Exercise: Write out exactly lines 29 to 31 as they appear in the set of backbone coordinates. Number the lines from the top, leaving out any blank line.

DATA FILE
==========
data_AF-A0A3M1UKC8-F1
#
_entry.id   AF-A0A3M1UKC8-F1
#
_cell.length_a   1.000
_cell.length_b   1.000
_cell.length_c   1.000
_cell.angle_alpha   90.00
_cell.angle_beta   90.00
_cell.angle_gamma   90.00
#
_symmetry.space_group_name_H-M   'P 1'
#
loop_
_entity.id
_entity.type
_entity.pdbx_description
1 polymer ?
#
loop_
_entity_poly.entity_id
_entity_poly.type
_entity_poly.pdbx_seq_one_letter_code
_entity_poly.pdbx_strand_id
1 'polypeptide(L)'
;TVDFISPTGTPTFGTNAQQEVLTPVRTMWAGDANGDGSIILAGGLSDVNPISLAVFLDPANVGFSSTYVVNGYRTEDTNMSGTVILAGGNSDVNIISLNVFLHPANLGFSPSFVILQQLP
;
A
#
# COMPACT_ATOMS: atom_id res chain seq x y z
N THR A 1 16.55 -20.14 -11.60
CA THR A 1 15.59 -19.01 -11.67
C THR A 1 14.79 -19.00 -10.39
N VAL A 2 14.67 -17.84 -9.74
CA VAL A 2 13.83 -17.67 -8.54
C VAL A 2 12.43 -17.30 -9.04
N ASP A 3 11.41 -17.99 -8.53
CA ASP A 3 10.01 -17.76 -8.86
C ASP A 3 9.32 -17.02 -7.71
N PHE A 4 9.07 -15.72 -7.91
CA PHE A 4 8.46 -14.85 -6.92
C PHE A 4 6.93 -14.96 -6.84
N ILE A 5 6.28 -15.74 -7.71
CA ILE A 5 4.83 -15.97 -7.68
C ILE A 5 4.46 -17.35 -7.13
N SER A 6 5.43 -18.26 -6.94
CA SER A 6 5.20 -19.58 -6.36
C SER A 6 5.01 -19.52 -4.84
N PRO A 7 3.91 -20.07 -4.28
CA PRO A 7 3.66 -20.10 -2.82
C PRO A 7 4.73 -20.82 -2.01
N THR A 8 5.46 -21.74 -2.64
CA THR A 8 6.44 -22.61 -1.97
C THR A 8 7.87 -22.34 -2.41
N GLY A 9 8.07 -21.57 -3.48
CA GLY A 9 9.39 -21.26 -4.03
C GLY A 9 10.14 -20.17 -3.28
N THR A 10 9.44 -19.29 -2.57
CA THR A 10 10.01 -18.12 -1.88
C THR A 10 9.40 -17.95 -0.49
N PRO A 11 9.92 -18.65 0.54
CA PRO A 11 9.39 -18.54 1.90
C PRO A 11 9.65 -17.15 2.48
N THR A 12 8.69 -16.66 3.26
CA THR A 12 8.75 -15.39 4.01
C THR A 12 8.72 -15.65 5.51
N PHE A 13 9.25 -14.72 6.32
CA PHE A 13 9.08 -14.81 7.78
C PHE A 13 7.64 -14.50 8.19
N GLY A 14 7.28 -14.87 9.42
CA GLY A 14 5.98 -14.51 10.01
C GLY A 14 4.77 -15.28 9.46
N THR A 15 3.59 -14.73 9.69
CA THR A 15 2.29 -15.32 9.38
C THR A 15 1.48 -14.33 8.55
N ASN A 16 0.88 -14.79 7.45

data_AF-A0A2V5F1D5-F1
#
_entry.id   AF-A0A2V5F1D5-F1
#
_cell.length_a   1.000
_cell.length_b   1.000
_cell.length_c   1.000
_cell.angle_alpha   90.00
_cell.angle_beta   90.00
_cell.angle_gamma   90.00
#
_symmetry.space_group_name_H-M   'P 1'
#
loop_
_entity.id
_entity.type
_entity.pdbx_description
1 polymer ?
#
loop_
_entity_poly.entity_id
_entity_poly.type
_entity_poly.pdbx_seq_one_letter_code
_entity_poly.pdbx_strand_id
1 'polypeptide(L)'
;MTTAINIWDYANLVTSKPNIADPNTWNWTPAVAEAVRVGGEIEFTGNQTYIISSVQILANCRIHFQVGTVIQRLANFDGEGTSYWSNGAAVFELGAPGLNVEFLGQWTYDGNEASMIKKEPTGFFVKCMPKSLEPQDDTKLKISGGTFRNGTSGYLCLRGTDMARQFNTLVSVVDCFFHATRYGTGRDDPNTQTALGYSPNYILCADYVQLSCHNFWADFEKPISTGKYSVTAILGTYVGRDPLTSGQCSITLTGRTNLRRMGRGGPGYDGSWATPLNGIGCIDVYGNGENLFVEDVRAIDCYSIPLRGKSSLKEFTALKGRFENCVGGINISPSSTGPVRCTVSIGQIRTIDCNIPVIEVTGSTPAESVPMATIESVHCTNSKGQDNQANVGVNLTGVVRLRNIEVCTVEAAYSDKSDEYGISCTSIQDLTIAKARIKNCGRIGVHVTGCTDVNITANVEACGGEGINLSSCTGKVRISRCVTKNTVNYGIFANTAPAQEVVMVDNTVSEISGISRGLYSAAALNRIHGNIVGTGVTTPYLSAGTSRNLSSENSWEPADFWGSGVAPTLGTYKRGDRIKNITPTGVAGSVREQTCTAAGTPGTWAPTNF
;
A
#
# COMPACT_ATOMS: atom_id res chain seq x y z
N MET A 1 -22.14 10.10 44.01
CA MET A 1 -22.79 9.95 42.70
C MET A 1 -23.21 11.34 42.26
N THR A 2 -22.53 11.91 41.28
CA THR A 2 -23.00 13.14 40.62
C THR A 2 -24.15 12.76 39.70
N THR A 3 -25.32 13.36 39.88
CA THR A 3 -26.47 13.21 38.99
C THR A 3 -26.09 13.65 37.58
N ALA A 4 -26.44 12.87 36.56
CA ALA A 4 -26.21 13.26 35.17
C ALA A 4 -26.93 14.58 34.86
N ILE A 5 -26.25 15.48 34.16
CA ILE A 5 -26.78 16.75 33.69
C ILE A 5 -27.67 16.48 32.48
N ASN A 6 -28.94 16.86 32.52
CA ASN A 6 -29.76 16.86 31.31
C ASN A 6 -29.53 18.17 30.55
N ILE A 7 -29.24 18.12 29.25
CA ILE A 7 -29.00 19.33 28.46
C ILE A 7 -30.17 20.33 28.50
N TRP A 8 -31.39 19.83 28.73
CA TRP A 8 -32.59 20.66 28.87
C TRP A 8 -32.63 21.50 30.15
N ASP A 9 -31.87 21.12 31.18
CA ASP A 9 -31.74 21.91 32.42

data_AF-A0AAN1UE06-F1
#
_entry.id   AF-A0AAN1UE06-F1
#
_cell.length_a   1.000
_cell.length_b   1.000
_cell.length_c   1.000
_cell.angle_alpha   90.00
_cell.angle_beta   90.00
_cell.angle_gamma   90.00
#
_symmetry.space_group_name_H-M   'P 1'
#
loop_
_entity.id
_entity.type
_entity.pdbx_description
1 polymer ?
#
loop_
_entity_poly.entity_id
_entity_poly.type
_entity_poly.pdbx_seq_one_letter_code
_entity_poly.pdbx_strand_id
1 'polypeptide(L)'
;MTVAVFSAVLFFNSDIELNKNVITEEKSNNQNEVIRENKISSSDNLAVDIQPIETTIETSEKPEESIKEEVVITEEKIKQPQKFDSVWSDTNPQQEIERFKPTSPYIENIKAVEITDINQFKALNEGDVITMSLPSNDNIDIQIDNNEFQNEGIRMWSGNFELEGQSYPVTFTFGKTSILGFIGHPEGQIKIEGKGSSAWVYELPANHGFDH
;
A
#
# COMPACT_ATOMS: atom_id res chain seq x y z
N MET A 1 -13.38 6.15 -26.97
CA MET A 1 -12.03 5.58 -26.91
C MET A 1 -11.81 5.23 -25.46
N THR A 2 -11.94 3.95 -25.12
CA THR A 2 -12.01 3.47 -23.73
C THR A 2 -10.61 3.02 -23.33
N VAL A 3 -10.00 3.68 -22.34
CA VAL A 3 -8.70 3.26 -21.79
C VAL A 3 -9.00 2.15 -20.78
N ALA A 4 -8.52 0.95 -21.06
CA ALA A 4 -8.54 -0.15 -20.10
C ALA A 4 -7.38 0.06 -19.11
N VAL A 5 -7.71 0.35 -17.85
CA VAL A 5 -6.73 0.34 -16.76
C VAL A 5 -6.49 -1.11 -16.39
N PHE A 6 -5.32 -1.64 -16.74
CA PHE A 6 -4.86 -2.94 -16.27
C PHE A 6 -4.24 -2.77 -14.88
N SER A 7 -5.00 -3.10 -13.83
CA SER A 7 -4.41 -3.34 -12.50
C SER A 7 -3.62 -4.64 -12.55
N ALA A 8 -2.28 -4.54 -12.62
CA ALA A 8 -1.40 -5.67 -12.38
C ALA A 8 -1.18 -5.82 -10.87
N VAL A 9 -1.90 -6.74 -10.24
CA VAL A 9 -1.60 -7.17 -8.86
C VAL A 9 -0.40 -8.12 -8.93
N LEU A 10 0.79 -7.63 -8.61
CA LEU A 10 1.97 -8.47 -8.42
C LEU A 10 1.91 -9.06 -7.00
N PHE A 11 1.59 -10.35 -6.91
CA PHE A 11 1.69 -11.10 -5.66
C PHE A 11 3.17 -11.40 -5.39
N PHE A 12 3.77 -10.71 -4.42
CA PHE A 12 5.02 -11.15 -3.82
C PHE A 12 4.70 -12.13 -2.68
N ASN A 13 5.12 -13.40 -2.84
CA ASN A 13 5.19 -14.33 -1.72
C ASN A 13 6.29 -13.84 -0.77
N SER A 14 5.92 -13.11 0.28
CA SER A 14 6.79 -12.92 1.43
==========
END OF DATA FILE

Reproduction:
#
# COMPACT_ATOMS: atom_id res chain seq x y z
N THR A 1 16.55 -20.14 -11.60